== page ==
Risk Factors for Long-term Hip Osteoarthritis in Patients With Femoroacetabular Impingement Without Surgical Intervention

Heath P. Melugin, Rena F. Hale, Jun Zhou, Matthew LaPrade, Christopher Bernard, Devin Leland, Bruce A. Levy, Aaron J. Krych

Research output: Contribution to journalArticle

Abstract

Background: Femoroacetabular impingement (FAI) is a common cause of hip pain and a known risk factor for hip osteoarthritis (OA) and total hip arthroplasty (THA) at a young age. Unfortunately, little is known about the specific factors associated with an increased risk of OA. Purpose: To (1) report the overall rate of symptomatic hip OA and/or THA in patients with FAI without surgical intervention and (2) identify radiographic features and patient characteristics associated with hip OA. Study Design: Case-control study; Level of evidence, 3. Methods: A geographic database was used to identify all patients with hip pain and radiographs between 2000 and 2016. Chart review was performed to identify patients with FAI. Patient medical records were reviewed to obtain demographic information, clinical history, physical examination findings, imaging details, and treatment details. Kaplan-Meier analysis was used to determine the rate of hip OA. Univariate and multivariate proportional hazard regression models were performed to determine risk factors for OA. Results: The study included 952 patients (649 female; 303 male; 1104 total hips) with FAI. The majority of hips had mixed type (n = 785; 71.1%), 211 (19.1%) had pincer type, and 108 (9.8%) had cam type. Mean age at time of presentation was 27.6 ± 8.7 years. Mean follow-up time was 24.7 ± 12.5 years. The rate of OA was 13.5%. THA was performed in 4% of patients. Male sex, body mass index (BMI) greater than 29, and increased age were risk factors for OA (male sex: hazard ratio [HR], 2.28; P <.01; BMI >29: HR, 2.11; P <.01; per year of increased age: HR, 1.11; P <.01.). Smoking and diabetes mellitus were not significant risk factors. No radiographic morphological features were found to be significant risk factors for OA. Conclusion: At mean follow-up of 24.7 years, 14% of hips had symptomatic OA and 4% underwent THA. BMI greater than 29, male sex, and increased age at the time of presentation with hip pain were risk factors for hip OA. The cohort consisted of a large percentage of mixed-type FAI morphologies, and no specific radiographic risk factors for OA were identified.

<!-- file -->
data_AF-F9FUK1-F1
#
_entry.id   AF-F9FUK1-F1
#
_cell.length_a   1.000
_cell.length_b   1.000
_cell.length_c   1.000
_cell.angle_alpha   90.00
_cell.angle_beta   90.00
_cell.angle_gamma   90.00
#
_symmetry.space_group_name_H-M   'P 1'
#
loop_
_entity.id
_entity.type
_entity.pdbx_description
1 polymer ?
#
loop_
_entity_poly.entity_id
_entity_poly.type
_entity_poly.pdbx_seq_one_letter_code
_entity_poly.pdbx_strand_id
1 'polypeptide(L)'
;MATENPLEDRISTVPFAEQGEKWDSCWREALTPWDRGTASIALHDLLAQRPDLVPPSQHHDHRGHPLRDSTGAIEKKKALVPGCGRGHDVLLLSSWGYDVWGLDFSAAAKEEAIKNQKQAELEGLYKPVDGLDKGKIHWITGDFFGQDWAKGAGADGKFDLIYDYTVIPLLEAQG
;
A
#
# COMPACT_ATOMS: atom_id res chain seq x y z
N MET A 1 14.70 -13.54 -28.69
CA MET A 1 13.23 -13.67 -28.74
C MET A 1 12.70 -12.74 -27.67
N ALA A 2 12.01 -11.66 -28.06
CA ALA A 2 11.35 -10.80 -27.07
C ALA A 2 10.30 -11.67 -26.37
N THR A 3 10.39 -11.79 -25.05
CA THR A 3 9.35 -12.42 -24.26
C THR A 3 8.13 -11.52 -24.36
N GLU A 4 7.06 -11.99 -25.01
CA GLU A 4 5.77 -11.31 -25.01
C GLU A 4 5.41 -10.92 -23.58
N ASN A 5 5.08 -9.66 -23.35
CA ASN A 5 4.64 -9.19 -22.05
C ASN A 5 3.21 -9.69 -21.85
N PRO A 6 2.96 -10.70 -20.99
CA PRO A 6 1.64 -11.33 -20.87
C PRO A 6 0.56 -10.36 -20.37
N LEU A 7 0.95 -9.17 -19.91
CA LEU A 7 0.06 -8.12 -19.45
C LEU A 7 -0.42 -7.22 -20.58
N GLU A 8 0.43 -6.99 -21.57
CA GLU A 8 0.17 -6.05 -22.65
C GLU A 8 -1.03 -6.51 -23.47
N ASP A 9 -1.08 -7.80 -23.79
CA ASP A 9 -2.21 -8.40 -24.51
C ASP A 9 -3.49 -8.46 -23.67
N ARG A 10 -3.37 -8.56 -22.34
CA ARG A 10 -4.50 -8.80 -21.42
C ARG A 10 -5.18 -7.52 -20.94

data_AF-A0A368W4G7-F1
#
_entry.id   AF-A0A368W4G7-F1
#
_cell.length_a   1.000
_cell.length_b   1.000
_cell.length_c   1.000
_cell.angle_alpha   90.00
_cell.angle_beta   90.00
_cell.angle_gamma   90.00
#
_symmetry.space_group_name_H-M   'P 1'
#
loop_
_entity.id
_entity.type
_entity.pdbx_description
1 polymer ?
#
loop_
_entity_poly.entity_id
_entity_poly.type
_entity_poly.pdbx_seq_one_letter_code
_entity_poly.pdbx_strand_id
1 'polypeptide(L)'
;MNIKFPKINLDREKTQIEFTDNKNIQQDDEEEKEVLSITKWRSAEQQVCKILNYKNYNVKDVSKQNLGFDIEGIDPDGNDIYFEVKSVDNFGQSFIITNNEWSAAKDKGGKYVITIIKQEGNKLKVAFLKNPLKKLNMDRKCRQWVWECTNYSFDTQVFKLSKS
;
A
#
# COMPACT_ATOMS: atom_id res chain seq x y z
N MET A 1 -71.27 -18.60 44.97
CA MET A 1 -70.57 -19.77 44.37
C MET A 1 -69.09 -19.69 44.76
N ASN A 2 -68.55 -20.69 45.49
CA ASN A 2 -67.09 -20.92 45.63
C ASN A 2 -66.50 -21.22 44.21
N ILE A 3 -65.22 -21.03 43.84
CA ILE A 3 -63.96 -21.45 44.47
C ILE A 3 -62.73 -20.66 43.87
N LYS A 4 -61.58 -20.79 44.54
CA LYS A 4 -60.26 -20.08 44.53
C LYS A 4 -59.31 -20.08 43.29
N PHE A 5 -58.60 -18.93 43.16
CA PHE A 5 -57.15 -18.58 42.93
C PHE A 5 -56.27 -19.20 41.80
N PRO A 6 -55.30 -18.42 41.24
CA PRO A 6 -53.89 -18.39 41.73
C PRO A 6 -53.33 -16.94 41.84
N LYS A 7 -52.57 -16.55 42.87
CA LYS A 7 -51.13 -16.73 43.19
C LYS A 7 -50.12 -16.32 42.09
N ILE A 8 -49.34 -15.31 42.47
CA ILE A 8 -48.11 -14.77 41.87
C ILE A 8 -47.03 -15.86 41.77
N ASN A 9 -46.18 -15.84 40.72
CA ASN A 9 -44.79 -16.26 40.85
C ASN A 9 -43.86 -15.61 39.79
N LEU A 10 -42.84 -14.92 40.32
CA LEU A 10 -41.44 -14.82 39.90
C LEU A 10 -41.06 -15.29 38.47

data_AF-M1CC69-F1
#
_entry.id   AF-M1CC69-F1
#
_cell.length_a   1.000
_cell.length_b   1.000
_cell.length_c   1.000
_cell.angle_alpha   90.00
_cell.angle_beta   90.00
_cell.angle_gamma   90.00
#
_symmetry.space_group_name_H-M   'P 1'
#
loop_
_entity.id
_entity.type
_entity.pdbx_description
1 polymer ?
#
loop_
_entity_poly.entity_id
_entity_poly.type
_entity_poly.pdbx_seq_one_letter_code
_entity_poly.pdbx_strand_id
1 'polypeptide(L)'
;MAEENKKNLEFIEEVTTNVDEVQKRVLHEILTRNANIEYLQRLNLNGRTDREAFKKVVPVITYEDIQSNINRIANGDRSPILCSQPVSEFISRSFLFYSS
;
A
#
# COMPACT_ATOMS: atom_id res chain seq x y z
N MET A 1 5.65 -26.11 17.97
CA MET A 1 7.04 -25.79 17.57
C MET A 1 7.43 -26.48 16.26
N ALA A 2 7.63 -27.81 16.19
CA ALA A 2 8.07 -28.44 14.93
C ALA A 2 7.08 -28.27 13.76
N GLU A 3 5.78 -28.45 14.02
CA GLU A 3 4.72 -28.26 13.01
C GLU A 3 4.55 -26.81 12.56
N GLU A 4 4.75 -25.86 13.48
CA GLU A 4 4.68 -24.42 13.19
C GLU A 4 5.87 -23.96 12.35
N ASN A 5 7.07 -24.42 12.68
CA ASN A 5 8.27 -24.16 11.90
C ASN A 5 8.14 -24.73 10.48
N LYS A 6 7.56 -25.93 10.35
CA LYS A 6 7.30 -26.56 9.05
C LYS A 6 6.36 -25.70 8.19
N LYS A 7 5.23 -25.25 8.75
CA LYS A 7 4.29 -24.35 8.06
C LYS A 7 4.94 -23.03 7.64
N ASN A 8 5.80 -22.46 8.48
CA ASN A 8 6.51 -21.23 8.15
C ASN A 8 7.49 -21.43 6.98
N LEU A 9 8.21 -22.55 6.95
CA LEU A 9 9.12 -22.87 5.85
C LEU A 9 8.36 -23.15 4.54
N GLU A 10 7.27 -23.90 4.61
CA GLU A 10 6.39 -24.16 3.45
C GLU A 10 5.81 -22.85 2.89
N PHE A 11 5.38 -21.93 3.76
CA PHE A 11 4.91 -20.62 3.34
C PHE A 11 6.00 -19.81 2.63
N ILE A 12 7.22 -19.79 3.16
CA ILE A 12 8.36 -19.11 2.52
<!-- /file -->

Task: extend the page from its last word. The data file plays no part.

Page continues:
Original languageEnglish (US)
JournalAmerican Journal of Sports Medicine
DOIs
StateAccepted/In press - 2020

Keywords

  • FAI
  • femoroacetabular impingement
  • hip pain
  • osteoarthritis

ASJC Scopus subject areas

  • Orthopedics and Sports Medicine
  • Physical Therapy, Sports Therapy and Rehabilitation

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